(From a series on Unintended Consequences)
Scabies is an itchy condition of the skin caused by tiny mites. The severe scratching brought on by this infection can often trigger infections, which leave scars. Scabies was endemic during World War II in Europe. Swedish researchers discovered that it could be treated by using disulfiram (tetryethylthiuram disulfide), a chemical that had been used in the rubber industry), as an ointment. (1)
In Denmark, Drs. Jens Hald and Erik Jacobsen, were interested in finding a pill that would be effective against intestinal worms. They had reasons to believe that disulfiram might be the solution so decided to run some tests. They first experimented with rabbits. As far as they could tell, rabbits infected with the internal parasite and then fed disulfiram pills showed no adverse reactions and the drug seemed to work.
What to do next? They undertook what is a taboo in medical research—self -experimentation. Lawrence Altman, in his fascinating book on this topic Who Goes First?, says this about Jacobsen, “He lived by a strong moral code. In his work, he believed that pharmacologists should test a drug on themselves before doing so on another human. He practiced what he preached.” (1)
So Jacobsen and Hald began taking disulfiram pills on a daily basis in their different laboratories. Shortly after the experiment began. Jacobsen decided to have a bottle of beer with the sandwich his wife had made for him. By the time lunch was over, Jacobsen felt groggy and nauseated, and his head throbbed. The next day he ate another sandwich and was fine. Then he had lunch with his managing director. During this event they had consumed a glass of aquavit in a friendly gesture of comradery. Once again, the symptoms re-appeared, but then after a while were gone. So he went on about his business. (1)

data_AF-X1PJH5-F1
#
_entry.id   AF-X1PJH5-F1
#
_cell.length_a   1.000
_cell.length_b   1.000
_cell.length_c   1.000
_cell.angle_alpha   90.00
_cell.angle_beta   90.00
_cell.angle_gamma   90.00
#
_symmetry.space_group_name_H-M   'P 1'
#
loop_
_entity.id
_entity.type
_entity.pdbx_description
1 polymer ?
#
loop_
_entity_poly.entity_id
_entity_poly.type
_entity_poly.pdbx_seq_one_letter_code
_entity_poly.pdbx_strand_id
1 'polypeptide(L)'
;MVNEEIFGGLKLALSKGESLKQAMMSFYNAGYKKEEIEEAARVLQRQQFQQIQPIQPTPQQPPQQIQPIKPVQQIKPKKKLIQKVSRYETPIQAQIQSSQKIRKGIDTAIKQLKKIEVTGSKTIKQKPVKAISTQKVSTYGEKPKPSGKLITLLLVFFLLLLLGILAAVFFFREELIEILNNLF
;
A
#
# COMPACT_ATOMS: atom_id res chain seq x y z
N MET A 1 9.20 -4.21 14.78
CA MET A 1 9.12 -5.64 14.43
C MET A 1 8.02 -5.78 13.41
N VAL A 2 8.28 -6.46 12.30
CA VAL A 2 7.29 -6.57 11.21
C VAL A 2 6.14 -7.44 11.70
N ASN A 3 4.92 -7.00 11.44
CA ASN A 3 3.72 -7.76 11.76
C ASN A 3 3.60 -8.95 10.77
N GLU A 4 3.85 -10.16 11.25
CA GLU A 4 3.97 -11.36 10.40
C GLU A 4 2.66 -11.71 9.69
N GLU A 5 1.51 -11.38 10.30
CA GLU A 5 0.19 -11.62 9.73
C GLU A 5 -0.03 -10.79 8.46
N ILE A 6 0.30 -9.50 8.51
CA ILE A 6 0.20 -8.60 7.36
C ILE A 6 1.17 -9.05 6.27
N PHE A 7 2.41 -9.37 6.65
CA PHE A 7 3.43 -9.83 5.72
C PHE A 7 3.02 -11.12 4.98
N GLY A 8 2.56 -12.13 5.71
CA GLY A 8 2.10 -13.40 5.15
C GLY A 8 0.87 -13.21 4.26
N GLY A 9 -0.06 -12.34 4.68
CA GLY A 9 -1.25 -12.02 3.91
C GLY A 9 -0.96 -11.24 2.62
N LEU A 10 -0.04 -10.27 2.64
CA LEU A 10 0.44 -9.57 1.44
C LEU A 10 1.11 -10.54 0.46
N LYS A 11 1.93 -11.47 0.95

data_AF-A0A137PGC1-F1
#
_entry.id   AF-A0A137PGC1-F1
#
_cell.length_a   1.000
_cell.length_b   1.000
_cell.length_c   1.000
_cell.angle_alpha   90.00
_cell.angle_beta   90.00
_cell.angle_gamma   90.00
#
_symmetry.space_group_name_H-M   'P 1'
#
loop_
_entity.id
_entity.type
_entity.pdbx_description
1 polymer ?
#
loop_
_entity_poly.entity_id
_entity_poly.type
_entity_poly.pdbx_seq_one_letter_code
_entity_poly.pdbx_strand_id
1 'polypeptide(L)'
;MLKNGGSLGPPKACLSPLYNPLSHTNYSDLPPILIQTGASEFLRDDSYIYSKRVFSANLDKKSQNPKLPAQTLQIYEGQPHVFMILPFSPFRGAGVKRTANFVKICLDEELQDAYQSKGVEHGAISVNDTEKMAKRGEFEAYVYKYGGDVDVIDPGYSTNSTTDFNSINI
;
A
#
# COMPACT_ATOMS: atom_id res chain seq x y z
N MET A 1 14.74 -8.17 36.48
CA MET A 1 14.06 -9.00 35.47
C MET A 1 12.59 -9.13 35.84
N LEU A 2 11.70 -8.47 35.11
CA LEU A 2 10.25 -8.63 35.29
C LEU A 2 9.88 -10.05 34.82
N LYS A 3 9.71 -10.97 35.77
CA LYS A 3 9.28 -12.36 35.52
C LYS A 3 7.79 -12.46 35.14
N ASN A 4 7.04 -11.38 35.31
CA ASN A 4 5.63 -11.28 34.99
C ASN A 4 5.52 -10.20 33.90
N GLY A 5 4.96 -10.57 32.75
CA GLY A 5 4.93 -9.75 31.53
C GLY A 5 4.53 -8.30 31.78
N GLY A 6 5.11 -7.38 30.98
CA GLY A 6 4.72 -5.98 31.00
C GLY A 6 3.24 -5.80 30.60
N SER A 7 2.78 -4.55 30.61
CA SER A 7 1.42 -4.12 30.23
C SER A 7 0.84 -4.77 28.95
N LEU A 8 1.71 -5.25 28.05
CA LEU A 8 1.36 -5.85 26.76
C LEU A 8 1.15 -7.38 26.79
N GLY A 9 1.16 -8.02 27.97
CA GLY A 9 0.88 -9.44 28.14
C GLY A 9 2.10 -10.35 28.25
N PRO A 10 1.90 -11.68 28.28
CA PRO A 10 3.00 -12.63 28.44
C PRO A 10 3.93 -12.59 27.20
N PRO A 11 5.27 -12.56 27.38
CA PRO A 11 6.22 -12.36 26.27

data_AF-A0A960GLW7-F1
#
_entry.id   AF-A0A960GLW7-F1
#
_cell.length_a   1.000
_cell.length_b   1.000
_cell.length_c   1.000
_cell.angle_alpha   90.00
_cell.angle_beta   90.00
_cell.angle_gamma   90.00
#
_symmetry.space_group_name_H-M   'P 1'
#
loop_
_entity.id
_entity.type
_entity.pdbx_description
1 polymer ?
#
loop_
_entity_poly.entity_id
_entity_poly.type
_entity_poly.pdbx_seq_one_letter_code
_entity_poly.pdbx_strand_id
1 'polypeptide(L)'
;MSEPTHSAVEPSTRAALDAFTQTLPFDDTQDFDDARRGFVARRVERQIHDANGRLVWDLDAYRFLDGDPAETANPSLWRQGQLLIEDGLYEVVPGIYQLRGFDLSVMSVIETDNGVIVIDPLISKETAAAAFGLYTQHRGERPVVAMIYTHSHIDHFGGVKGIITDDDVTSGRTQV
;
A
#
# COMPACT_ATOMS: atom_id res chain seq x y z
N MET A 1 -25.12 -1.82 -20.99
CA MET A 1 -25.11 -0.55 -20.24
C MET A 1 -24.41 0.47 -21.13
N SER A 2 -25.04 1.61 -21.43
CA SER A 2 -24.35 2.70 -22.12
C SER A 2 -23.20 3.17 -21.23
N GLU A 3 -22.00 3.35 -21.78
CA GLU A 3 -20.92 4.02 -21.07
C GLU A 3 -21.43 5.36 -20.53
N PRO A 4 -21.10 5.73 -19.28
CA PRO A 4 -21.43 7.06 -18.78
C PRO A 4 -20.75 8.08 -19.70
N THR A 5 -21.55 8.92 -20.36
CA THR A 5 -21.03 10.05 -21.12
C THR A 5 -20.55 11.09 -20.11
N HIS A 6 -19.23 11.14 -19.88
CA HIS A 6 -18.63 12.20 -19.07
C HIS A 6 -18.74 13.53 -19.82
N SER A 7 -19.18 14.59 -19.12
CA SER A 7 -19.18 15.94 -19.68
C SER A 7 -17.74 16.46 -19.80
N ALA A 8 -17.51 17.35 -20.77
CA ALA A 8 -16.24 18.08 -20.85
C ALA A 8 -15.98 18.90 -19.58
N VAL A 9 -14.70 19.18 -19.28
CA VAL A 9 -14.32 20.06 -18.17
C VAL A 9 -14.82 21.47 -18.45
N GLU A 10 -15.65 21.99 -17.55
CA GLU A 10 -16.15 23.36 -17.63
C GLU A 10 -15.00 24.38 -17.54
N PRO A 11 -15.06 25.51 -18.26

Later that same week, Jacobsen had a beer with a meatball sandwich his wife had made. Again he had another attack so went home early. He wanted to blame the meatball sandwich but found that the rest of his family had eaten similar sandwiches with no ill effects. The attacks continued but Jacobsen shrugged them off until he met Hald in the corridor at work one day. As Jacobsen related his observations and problems with nausea, etc., Hald said, “That’s funny. I have had the same bug.” (1)